We work with a company called Swing Education who provide on-demand substitute teachers to schools. Their challenge was growth — going from 500 substitute teachers to 3,500. Early on, it was the CEO writing checks every week to each teacher. That’s unsustainable. Your senior leadership is spending their time on something that doesn’t move the business forward. And when their new Head of Finance Melanie Reeves joined, she didn’t want to be burdened by that either. She was excited to be working on more innovative parts of the operation and strategic areas of finance. Through Tipalti, fully integrated with their website and processes, they’ve been able to make single approval and payment runs weekly to 2,000 teachers. They estimate it takes just 5 minutes to complete the process. But beyond time back and a more interesting job to come to work to, the ability to scale was everything. Being able to handle seven times the number of teachers means you can sustain yourself. Your end customer isn’t going to have to worry: “Do they have a provider in our area with our needs?” Imagine you’re the principal and can’t find a substitute, because no one is available. That’s a class that then has to be split into other classes disrupting the entire school day and putting the load on your other teachers. And, it’s all because you didn’t have the platform to handle a larger population.
How does Tipalti accommodate different business models in your diverse mix of customers?
At the end of the day, our core competency is in ensuring the payment to a party lands as expected. Virtually the rest of the experience: communicating with partners, enabling a high level of self-service, enhancing compliance and controls, and simplifying accounting processes require the same amount of attention to detail. If anything, what we’ve been enabling in the sharing economy has also informed the traditional business models that in the past were stuck without an automated digital communication path with their vendors and suppliers.
Why is Tipalti focused on the sharing economy?
Even traditional businesses will not be able to ignore the popularity of crowd-sourced, on-demand services. In the right hands, a sharing economy model is good for everyone, even in the emerging world. We also get a thrill when one of our customers, who we were working with early on, sometimes pre-launch, becomes a recognizable brand.
Why are sharing economy companies attracted to Tipalti?
Sharing economy businesses generally run lean. It’s practically in their nature to optimize and automate every step. It’s also the best way for them to scale and grow. As such, it should go against their DNA to hire someone to do the job of paying hundreds or thousands of partners every month or every week — especially cross-border, international partners — when an automated solution is just there, ready to be deployed. Older sharing economy companies may be stuck with legacy custom bank integrations they’ve built themselves, but those who haven’t should be considering a proven system before trying to build one.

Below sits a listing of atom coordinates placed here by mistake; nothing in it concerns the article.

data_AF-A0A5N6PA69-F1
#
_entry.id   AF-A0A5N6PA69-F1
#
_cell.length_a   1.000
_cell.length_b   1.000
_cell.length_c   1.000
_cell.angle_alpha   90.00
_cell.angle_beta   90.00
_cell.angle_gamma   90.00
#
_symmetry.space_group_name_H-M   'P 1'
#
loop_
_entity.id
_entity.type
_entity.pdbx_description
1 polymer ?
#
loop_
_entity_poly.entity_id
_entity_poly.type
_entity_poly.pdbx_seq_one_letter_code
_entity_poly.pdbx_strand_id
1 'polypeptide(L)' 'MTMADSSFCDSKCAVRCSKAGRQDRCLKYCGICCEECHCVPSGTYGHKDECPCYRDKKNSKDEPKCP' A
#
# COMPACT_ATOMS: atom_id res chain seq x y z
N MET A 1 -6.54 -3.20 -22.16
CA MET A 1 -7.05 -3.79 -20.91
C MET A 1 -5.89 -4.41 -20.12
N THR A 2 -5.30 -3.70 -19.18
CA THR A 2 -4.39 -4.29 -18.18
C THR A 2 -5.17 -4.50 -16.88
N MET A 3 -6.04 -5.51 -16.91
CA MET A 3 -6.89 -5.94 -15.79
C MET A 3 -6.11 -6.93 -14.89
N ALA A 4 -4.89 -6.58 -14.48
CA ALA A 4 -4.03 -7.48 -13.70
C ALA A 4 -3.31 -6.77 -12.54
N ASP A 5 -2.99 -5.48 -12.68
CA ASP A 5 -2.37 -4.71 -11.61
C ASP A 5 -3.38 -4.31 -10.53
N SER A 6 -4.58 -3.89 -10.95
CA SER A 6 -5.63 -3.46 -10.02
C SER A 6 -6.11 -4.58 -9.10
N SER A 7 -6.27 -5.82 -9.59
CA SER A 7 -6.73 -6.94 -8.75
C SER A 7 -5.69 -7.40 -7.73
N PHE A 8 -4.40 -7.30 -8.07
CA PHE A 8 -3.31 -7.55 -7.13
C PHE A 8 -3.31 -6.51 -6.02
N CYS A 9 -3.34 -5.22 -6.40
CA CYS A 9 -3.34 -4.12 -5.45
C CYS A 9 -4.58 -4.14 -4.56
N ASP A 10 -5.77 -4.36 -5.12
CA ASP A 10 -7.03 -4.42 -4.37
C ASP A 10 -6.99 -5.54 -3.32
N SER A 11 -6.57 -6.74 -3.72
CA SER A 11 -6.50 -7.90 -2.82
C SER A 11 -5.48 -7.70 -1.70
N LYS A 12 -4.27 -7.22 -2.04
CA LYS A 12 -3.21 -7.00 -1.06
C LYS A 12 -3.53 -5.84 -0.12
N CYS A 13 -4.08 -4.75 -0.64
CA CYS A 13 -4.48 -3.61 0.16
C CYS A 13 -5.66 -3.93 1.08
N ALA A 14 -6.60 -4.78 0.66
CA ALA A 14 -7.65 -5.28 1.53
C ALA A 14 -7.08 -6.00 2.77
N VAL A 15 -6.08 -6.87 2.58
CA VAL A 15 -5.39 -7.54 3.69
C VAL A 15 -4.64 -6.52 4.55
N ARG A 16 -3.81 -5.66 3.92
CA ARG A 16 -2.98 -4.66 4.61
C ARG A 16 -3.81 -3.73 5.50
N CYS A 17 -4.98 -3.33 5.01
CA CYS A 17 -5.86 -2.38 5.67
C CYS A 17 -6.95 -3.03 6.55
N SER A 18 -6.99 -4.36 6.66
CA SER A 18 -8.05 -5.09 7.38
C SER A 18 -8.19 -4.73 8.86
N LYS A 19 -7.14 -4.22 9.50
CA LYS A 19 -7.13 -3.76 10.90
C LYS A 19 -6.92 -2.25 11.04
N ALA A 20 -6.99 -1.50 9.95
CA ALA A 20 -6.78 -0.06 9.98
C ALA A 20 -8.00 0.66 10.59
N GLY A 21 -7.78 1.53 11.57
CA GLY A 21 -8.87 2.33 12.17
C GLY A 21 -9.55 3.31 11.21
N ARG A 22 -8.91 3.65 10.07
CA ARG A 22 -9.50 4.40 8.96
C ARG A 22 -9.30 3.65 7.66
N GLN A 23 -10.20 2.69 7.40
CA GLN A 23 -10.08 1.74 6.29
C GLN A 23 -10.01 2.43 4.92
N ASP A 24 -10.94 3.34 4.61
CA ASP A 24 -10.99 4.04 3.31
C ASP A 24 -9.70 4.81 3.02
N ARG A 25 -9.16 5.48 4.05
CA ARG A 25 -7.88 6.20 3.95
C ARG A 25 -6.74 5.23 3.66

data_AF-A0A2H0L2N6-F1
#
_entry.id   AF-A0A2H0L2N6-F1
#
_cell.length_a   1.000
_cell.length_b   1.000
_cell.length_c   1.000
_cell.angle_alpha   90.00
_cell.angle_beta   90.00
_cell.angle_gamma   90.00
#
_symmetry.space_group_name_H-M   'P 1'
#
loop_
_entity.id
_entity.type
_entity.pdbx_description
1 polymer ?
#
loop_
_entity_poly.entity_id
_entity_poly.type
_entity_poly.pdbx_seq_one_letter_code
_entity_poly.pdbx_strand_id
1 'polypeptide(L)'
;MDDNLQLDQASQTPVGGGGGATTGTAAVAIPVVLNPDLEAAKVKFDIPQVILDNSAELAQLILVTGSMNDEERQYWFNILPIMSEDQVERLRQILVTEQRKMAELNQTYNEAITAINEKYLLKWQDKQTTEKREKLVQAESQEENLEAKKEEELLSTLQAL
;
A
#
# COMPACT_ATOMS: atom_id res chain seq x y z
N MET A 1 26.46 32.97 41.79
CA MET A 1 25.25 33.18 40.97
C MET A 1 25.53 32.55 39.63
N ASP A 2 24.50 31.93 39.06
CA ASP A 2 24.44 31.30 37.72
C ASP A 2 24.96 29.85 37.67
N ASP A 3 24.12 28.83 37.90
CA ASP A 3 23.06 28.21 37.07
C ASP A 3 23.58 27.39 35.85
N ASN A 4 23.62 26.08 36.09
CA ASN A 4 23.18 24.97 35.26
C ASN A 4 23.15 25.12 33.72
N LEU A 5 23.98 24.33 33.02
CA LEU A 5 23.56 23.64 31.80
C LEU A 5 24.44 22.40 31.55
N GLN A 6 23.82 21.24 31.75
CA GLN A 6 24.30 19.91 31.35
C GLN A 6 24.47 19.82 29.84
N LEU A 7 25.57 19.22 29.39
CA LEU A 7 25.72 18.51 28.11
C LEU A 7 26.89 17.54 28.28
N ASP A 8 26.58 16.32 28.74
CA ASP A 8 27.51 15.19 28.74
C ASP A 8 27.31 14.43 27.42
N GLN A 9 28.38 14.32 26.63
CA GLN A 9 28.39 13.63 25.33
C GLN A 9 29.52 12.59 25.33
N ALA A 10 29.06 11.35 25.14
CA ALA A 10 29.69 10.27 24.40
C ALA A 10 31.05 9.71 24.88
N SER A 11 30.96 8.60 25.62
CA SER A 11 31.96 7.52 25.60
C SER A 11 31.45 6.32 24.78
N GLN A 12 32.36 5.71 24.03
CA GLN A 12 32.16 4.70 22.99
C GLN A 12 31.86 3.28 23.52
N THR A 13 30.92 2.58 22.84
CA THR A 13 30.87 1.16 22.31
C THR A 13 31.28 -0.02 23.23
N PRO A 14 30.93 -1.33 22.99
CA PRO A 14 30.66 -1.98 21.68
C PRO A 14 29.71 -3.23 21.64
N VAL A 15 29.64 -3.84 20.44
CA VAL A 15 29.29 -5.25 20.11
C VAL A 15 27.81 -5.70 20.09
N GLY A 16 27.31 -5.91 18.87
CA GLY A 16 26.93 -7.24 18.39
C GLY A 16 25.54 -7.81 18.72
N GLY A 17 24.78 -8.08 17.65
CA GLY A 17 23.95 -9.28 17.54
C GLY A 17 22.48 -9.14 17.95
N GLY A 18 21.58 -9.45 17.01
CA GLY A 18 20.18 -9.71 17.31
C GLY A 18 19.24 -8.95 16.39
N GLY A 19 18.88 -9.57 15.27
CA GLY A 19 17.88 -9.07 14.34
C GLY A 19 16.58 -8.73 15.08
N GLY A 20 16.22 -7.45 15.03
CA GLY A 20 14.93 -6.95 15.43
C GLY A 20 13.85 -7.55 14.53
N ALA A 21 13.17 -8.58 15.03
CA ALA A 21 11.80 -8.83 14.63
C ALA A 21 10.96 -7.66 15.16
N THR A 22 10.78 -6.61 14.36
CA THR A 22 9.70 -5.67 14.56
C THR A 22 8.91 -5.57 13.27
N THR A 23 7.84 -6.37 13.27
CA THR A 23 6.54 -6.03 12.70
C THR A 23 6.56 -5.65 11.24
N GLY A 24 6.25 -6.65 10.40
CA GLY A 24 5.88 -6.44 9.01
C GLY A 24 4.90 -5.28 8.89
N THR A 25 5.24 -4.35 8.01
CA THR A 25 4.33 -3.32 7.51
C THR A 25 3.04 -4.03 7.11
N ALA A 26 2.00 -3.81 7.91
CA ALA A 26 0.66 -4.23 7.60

What are the biggest challenges you’re currently facing?
For as well known as we are in certain segments, Tipalti is still unknown. Backend finance and accounting platforms generally aren’t very sexy to talk about. It’s not a major challenge, because everyone agrees it’s necessary and relieves a major pain.
What are Tipalti’s plans for 2019 and beyond?
We’ll continue to add functionality and staff across the board. We’re also making strategic internal choices around our partners and ecosystems. As we’ve grown, we’re getting more attention, including from larger organizations, so there will be more requirements for platform integrations, deeper client enablement programs, and, of course, an unending list of “nice to have” feature requests.
Anything else you’d like to add in closing?
I’m excited that we are part of, and can help sharing economy companies that expand into working with partners in emerging countries. It’s a vital way to elevate people’s stature around the globe. A designer in Vietnam, a developer in Estonia, a photographer in Brazil; they’re the diverse voices and extended human capital that can lift up local economies, while also benefiting the greater economies of the world.
Tipalti is a Shareable sponsor. This interview has been edited for length and clarity.